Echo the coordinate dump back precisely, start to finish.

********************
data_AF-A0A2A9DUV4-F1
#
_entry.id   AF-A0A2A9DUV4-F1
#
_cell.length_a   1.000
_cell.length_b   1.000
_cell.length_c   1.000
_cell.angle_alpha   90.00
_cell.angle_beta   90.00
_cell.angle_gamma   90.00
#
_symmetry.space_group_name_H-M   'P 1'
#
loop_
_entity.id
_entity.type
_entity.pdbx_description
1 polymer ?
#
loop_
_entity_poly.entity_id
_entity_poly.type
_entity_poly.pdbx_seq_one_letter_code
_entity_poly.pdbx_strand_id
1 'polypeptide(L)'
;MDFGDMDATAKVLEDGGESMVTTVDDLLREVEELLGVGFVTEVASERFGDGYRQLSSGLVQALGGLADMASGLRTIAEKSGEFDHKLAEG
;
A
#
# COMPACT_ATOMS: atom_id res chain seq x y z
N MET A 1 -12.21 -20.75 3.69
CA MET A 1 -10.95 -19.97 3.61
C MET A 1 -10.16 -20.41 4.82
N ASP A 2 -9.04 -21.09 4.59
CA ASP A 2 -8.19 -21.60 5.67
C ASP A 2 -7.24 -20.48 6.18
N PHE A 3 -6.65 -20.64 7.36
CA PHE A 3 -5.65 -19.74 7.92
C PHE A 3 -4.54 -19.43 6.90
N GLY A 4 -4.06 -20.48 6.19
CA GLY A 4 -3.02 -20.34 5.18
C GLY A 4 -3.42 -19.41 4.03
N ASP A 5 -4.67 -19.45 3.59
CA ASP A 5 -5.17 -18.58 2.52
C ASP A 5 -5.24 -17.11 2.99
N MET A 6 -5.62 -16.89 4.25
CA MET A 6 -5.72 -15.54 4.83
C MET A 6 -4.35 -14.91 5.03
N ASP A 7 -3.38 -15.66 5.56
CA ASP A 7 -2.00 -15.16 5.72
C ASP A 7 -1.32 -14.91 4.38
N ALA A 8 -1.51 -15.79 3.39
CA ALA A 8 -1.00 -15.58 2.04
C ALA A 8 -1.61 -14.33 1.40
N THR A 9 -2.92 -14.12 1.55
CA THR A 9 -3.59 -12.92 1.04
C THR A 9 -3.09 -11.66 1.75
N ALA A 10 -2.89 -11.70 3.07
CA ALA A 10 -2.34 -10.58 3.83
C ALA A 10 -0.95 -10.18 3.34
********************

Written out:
data_AF-A0A2A9DUV4-F1
#
_entry.id   AF-A0A2A9DUV4-F1
#
_cell.length_a   1.000
_cell.length_b   1.000
_cell.length_c   1.000
_cell.angle_alpha   90.00
_cell.angle_beta   90.00
_cell.angle_gamma   90.00
#
_symmetry.space_group_name_H-M   'P 1'
#
loop_
_entity.id
_entity.type
_entity.pdbx_description
1 polymer ?
#
loop_
_entity_poly.entity_id
_entity_poly.type
_entity_poly.pdbx_seq_one_letter_code
_entity_poly.pdbx_strand_id
1 'polypeptide(L)'
;MDFGDMDATAKVLEDGGESMVTTVDDLLREVEELLGVGFVTEVASERFGDGYRQLSSGLVQALGGLADMASGLRTIAEKSGEFDHKLAEG
;
A
#
# COMPACT_ATOMS: atom_id res chain seq x y z
N MET A 1 -12.21 -20.75 3.69
CA MET A 1 -10.95 -19.97 3.61
C MET A 1 -10.16 -20.41 4.82
N ASP A 2 -9.04 -21.09 4.59
CA ASP A 2 -8.19 -21.60 5.67
C ASP A 2 -7.24 -20.48 6.18
N PHE A 3 -6.65 -20.64 7.36
CA PHE A 3 -5.65 -19.74 7.92
C PHE A 3 -4.54 -19.43 6.90
N GLY A 4 -4.06 -20.48 6.19
CA GLY A 4 -3.02 -20.34 5.18
C GLY A 4 -3.42 -19.41 4.03
N ASP A 5 -4.67 -19.45 3.59
CA ASP A 5 -5.17 -18.58 2.52
C ASP A 5 -5.24 -17.11 2.99
N MET A 6 -5.62 -16.89 4.25
CA MET A 6 -5.72 -15.54 4.83
C MET A 6 -4.35 -14.91 5.03
N ASP A 7 -3.38 -15.66 5.56
CA ASP A 7 -2.00 -15.16 5.72
C ASP A 7 -1.32 -14.91 4.38
N ALA A 8 -1.51 -15.79 3.39
CA ALA A 8 -1.00 -15.58 2.04
C ALA A 8 -1.61 -14.33 1.40
N THR A 9 -2.92 -14.12 1.55
CA THR A 9 -3.59 -12.92 1.04
C THR A 9 -3.09 -11.66 1.75
N ALA A 10 -2.89 -11.70 3.07
CA ALA A 10 -2.34 -10.58 3.83
C ALA A 10 -0.95 -10.18 3.34